As you grow older, you experience physiological changes that can cause glitches in brain functions youve always taken for granted. It takes longer to learn and recall information. Youre not as quick as you used to be. In fact, you may mistake this slowing of your mental processes for true memory loss. But in most cases, if you give yourself time, the information will come to mind. So, while its true that certain brain changes are inevitable when it comes to aging, major memory problems are not one of them. Thats why its important to know the difference between normal age-related forgetfulness and the symptoms that may indicate a developing cognitive problem.
How Many People With Sjogrens Syndrome Suffer Memory Problems
Sjogrens syndrome indeed can cause memory problems, even though this autoimmune condition is associated with dry mouth and dry eyes.
Because Sjogrens syndrome is potentially systemic, the entire body can be affected, including organs, and this can mean the brain.
Patients with Sjogrens syndrome may suffer from a number of different neurologic abnormalities, says Ali D. Askari, MD, Professor of Medicine Case Western Reserve University Chief, Division of Rheumatology University Hospitals Case Medical Center Director, Rheumatology University Hospitals Case Medical Center.
Rheumatologists often deal with Sjogrens syndrome patients, since the disease often initially manifests with joint pain or stiffness.
Dr. Askari continues, Unlike lupus , which has more of central nervous system involvement, Sjogrens syndrome has peripheral nerve involvement more commonly.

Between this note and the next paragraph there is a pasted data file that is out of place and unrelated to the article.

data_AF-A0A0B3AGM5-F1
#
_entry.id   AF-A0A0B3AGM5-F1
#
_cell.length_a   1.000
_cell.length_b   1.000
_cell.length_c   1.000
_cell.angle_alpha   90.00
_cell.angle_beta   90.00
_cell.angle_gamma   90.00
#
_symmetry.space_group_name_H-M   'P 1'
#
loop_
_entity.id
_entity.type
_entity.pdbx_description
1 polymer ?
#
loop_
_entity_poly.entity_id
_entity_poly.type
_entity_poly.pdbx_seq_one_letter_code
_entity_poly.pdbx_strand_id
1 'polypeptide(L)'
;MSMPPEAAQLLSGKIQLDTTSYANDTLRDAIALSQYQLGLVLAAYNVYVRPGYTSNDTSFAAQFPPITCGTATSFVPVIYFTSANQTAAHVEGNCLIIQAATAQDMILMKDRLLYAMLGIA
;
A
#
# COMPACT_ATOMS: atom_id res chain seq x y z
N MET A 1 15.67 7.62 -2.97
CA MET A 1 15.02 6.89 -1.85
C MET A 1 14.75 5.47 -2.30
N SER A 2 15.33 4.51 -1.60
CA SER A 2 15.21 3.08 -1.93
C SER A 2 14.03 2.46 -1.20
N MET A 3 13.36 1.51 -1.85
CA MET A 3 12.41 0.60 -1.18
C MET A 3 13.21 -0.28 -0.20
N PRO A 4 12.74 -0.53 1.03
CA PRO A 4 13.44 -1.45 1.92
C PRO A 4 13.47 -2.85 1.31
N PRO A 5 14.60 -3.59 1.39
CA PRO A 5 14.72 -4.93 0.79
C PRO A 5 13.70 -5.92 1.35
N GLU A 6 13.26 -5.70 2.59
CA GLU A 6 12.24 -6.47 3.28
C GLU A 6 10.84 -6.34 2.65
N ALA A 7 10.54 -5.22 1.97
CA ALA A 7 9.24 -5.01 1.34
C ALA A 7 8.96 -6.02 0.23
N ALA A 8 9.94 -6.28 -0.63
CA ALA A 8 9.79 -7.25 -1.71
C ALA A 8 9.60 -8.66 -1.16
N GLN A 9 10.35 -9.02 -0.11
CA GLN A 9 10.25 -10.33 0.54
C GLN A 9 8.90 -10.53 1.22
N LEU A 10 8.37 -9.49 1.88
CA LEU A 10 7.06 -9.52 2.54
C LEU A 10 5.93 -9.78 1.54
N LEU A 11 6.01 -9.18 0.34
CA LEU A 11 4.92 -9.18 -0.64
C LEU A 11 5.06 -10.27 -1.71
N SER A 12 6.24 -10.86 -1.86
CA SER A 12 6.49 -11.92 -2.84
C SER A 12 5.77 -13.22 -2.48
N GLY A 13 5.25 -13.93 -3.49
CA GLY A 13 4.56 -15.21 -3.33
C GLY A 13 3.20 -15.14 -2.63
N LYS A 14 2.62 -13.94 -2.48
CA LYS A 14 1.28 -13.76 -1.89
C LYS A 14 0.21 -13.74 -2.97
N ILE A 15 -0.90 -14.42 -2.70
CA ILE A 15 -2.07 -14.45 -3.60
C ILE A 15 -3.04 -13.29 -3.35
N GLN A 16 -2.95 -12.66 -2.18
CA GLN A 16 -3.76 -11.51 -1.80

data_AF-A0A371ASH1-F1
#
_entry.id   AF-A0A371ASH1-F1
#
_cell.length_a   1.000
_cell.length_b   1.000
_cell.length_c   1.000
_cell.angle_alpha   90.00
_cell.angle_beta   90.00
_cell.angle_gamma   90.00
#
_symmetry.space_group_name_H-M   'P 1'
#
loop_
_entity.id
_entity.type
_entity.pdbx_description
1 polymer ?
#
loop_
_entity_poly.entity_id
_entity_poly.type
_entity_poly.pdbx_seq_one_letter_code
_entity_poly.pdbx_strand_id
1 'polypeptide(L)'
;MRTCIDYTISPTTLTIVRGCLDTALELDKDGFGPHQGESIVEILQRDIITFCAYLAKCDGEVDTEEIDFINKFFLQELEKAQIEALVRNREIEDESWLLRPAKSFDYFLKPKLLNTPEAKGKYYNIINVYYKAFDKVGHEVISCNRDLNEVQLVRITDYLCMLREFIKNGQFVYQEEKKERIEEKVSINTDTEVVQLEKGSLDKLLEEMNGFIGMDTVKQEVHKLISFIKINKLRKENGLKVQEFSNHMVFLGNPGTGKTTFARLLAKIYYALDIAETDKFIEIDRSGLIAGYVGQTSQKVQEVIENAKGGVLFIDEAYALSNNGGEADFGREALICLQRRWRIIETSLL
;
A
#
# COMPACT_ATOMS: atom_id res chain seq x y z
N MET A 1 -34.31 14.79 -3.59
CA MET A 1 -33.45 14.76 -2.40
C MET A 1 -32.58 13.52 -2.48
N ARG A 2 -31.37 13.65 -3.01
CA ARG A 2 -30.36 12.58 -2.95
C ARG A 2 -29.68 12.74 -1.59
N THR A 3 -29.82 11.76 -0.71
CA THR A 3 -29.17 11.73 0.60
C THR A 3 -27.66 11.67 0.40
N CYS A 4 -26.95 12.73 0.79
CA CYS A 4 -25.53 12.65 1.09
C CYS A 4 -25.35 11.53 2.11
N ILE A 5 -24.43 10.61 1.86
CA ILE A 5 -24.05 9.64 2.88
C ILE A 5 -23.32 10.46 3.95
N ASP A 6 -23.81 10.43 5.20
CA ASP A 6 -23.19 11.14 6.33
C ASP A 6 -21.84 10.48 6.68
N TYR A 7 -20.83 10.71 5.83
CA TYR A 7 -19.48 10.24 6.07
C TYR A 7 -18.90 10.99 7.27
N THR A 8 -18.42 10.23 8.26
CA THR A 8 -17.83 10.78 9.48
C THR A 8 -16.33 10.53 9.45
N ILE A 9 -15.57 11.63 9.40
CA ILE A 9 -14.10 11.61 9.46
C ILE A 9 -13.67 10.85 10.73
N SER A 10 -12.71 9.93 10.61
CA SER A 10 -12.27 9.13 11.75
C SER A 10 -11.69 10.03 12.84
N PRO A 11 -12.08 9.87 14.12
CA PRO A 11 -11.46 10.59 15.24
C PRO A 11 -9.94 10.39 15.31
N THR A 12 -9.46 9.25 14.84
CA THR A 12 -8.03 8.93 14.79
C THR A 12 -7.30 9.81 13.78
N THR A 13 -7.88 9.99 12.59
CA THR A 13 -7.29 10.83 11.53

Neurological problems affect as many as 20 percent of patients. However, Dr. Askari says that dementia is a rare complication of Sjogrens syndrome.
In our own study reported to the international SS conference in Japan, we found 14 of 200 patients having neurological abnormality.
Six had variety of central nervous system involvement only one had dementia. Dementia therefore is rare and can happen at any time.
Though Sjogrens syndrome is most associated with dry eyes and dry mouth, these arent necessarily the first presenting symptoms.
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When To See A Doctor For Memory Loss
Its time to consult a doctor when memory lapses become frequent enough or sufficiently noticeable to concern you or a family member. If you get to that point, make an appointment as soon as possible to talk with your primary physician and have a thorough physical examination. Even if youre not displaying all the necessary symptoms to indicate dementia, now may be a good time to take steps to prevent a small problem becoming a larger one.
Your doctor can assess your personal risk factors, evaluate your symptoms, eliminate reversible causes of memory loss, and help you obtain appropriate care. Early diagnosis can treat reversible causes of memory loss, lessen decline in vascular dementia, or improve the quality of life in Alzheimers or other types of dementia.
Thanks For The Memory: Forgetting Things And Ms
Memory is one of those things we all tend to take for granted until its not working as well as it was.
Problems remembering things are common in multiple sclerosis and can affect many aspects of everyday life.
This blog provides tips and tricks to get round them as well as suggesting ways that others can be supportive
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How Might My Illness Progress
Severe disability is a result of MS that affects approximately 1/3 of those living with the disease. Through walking aides like canes or crutches, many retain the ability to move around. MS treatment can help, but in some individuals the disease may continue to progress.